EXPLOREFAITH: What has been the response to Graceful Passages?
GARY MALKIN: It is truly a miracle, the kinds of letters that we get from people, the lives that have been changed, the ways in which people have responded to Graceful is unbelievable.
I cannot tell you how many letters, phone calls and emails we’ve received from people whose lives were different and changed because this product opened up the discussion, brought out the elephant under the rug, and shifted things from being in debilitating fear to a state of acceptance and compassion.
One classic example is the story of a woman who was hanging in the balance on life support, and no one could make the decision to pull the plug. Things don’t always work this neatly, but a friend came to the hospital room and played a track from Graceful Passages. When it was completed, everyone intuitively knew to go over and give a kiss to the woman who was on life support and say their goodbyes. And literally, by the final note of the music, she had died, without any interventions.
It doesn’t always work that way, but it’s a very dramatic example of how it helps people have closure even when they’re facing cancer and they’re fighting for their life. People say, “I don’t want to face this issue of dying. I don’t want to give up hope.” And we say, “It’s not about giving up hope. It’s about giving up fear.”
EXPLOREFAITH: What advice would you have for someone currently going through a dark night of the soul?
GARY MALKIN: When you’re having a hard time I think it’s really important to be honest about it. One of my mentors is Thomas Moore. He says, Don’t look for the happy ending or the silver cloud when you’re in the midst of the dark night. You need to go through it, you need to experience it. What does it taste like, what does it feel like? Be as present as you can in your despair and allow it to infuse you and fill you, rather than try to avoid it.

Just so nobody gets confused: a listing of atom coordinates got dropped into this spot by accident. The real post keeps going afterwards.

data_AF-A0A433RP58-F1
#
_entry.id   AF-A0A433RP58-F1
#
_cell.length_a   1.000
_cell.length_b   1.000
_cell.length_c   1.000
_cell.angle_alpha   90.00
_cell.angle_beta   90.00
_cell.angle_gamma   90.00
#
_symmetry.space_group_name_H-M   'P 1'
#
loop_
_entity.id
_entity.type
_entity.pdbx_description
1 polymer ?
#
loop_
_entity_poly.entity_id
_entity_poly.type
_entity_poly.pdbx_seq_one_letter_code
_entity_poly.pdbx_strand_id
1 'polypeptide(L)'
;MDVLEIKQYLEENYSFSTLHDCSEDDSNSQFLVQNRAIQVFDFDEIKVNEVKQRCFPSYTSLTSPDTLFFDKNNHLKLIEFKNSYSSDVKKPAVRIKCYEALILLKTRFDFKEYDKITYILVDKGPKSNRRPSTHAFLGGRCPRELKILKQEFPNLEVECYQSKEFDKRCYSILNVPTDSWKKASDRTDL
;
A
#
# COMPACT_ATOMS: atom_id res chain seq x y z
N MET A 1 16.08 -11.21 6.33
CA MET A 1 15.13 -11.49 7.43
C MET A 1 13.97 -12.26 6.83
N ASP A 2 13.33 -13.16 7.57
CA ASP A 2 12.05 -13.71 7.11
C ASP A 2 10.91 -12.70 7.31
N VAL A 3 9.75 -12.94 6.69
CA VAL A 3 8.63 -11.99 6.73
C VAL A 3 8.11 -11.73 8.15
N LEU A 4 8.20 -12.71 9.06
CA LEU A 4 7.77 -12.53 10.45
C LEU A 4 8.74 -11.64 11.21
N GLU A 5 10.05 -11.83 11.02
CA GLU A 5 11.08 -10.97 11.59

My way of approaching it is trying to be as conscious and present and deep-breathed as possible as I encounter another corner of my consciousness that doesn’t trust that in God everything is going to be fine. No matter what.
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Gary Malkin is currently creating other CDs designed around the Graceful Passages model, dealing with subjects including courage, love, forgiveness, grief and birthing. He is also involved in the nonprofit Companion Arts, whose mission is to use music and the arts to deepen the humane and compassionate dimensions of life, specifically in health care and in inter-faith communities. The newest release, Care for the Journey: Sustaining the Heart of Healthcare, was created to support the health care professional to reconnect to their original sense of purpose when they became a healer. To learn more, visit their Web site.